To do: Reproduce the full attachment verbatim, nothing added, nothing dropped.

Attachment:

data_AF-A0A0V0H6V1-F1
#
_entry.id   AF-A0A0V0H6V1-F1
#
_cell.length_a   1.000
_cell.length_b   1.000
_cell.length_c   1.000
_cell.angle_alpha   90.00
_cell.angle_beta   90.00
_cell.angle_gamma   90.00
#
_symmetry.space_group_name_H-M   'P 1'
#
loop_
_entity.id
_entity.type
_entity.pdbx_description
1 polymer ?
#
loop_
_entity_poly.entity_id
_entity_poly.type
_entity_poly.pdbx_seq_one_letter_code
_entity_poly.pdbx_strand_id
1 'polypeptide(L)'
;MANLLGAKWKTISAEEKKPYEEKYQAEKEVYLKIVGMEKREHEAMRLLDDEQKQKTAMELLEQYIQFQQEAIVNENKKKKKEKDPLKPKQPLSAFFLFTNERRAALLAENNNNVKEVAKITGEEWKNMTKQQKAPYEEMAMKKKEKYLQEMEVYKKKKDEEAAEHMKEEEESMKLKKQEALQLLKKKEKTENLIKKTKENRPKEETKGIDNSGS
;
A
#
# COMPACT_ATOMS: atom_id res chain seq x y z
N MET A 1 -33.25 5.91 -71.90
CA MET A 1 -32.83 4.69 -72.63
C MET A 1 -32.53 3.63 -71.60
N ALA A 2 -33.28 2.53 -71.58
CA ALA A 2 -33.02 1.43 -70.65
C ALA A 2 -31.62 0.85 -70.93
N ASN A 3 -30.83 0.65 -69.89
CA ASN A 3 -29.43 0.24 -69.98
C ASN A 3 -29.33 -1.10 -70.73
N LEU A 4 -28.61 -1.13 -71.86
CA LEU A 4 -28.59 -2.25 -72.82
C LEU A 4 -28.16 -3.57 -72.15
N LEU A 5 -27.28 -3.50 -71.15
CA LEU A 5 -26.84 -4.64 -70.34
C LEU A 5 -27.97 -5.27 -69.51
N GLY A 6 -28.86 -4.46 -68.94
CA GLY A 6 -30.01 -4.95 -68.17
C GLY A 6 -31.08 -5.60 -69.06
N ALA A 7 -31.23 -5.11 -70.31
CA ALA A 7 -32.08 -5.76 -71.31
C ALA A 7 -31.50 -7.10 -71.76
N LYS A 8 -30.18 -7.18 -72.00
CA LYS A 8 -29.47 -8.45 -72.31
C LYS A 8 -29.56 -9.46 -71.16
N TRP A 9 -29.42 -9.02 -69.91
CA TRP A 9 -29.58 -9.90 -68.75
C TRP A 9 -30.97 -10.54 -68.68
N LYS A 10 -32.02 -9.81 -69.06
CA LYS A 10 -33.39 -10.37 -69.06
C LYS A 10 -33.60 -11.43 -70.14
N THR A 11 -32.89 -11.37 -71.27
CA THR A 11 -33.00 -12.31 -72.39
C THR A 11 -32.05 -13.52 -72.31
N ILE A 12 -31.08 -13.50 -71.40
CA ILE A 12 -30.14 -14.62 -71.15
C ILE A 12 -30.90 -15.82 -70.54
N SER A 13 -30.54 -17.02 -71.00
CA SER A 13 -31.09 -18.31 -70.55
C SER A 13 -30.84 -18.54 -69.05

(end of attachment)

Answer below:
data_AF-A0A0V0H6V1-F1
#
_entry.id   AF-A0A0V0H6V1-F1
#
_cell.length_a   1.000
_cell.length_b   1.000
_cell.length_c   1.000
_cell.angle_alpha   90.00
_cell.angle_beta   90.00
_cell.angle_gamma   90.00
#
_symmetry.space_group_name_H-M   'P 1'
#
loop_
_entity.id
_entity.type
_entity.pdbx_description
1 polymer ?
#
loop_
_entity_poly.entity_id
_entity_poly.type
_entity_poly.pdbx_seq_one_letter_code
_entity_poly.pdbx_strand_id
1 'polypeptide(L)'
;MANLLGAKWKTISAEEKKPYEEKYQAEKEVYLKIVGMEKREHEAMRLLDDEQKQKTAMELLEQYIQFQQEAIVNENKKKKKEKDPLKPKQPLSAFFLFTNERRAALLAENNNNVKEVAKITGEEWKNMTKQQKAPYEEMAMKKKEKYLQEMEVYKKKKDEEAAEHMKEEEESMKLKKQEALQLLKKKEKTENLIKKTKENRPKEETKGIDNSGS
;
A
#
# COMPACT_ATOMS: atom_id res chain seq x y z
N MET A 1 -33.25 5.91 -71.90
CA MET A 1 -32.83 4.69 -72.63
C MET A 1 -32.53 3.63 -71.60
N ALA A 2 -33.28 2.53 -71.58
CA ALA A 2 -33.02 1.43 -70.65
C ALA A 2 -31.62 0.85 -70.93
N ASN A 3 -30.83 0.65 -69.89
CA ASN A 3 -29.43 0.24 -69.98
C ASN A 3 -29.33 -1.10 -70.73
N LEU A 4 -28.61 -1.13 -71.86
CA LEU A 4 -28.59 -2.25 -72.82
C LEU A 4 -28.16 -3.57 -72.15
N LEU A 5 -27.28 -3.50 -71.15
CA LEU A 5 -26.84 -4.64 -70.34
C LEU A 5 -27.97 -5.27 -69.51
N GLY A 6 -28.86 -4.46 -68.94
CA GLY A 6 -30.01 -4.95 -68.17
C GLY A 6 -31.08 -5.60 -69.06
N ALA A 7 -31.23 -5.11 -70.31
CA ALA A 7 -32.08 -5.76 -71.31
C ALA A 7 -31.50 -7.10 -71.76
N LYS A 8 -30.18 -7.18 -72.00
CA LYS A 8 -29.47 -8.45 -72.31
C LYS A 8 -29.56 -9.46 -71.16
N TRP A 9 -29.42 -9.02 -69.91
CA TRP A 9 -29.58 -9.90 -68.75
C TRP A 9 -30.97 -10.54 -68.68
N LYS A 10 -32.02 -9.81 -69.06
CA LYS A 10 -33.39 -10.37 -69.06
C LYS A 10 -33.60 -11.43 -70.14
N THR A 11 -32.89 -11.37 -71.27
CA THR A 11 -33.00 -12.31 -72.39
C THR A 11 -32.05 -13.52 -72.31
N ILE A 12 -31.08 -13.50 -71.40
CA ILE A 12 -30.14 -14.62 -71.15
C ILE A 12 -30.90 -15.82 -70.54
N SER A 13 -30.54 -17.02 -71.00
CA SER A 13 -31.09 -18.31 -70.55
C SER A 13 -30.84 -18.54 -69.05